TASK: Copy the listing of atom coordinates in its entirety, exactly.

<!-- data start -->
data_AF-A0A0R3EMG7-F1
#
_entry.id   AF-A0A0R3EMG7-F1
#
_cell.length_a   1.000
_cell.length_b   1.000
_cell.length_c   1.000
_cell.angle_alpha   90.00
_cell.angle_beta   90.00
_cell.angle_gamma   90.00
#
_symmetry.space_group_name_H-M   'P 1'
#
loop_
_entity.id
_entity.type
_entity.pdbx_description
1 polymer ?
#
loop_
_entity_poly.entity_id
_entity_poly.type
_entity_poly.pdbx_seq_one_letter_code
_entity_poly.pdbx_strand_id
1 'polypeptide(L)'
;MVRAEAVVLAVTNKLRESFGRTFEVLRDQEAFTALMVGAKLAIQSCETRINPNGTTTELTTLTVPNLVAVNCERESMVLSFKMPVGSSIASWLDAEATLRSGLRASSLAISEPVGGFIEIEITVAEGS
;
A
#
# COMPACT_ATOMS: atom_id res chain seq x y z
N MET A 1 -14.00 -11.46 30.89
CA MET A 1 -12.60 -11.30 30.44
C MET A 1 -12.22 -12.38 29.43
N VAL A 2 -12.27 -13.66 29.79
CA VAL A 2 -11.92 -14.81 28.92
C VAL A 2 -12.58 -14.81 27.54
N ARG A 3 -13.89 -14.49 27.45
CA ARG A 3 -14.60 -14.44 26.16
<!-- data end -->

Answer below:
data_AF-A0A0R3EMG7-F1
#
_entry.id   AF-A0A0R3EMG7-F1
#
_cell.length_a   1.000
_cell.length_b   1.000
_cell.length_c   1.000
_cell.angle_alpha   90.00
_cell.angle_beta   90.00
_cell.angle_gamma   90.00
#
_symmetry.space_group_name_H-M   'P 1'
#
loop_
_entity.id
_entity.type
_entity.pdbx_description
1 polymer ?
#
loop_
_entity_poly.entity_id
_entity_poly.type
_entity_poly.pdbx_seq_one_letter_code
_entity_poly.pdbx_strand_id
1 'polypeptide(L)'
;MVRAEAVVLAVTNKLRESFGRTFEVLRDQEAFTALMVGAKLAIQSCETRINPNGTTTELTTLTVPNLVAVNCERESMVLSFKMPVGSSIASWLDAEATLRSGLRASSLAISEPVGGFIEIEITVAEGS
;
A
#
# COMPACT_ATOMS: atom_id res chain seq x y z
N MET A 1 -14.00 -11.46 30.89
CA MET A 1 -12.60 -11.30 30.44
C MET A 1 -12.22 -12.38 29.43
N VAL A 2 -12.27 -13.66 29.79
CA VAL A 2 -11.92 -14.81 28.92
C VAL A 2 -12.58 -14.81 27.54
N ARG A 3 -13.89 -14.49 27.45
CA ARG A 3 -14.60 -14.44 26.16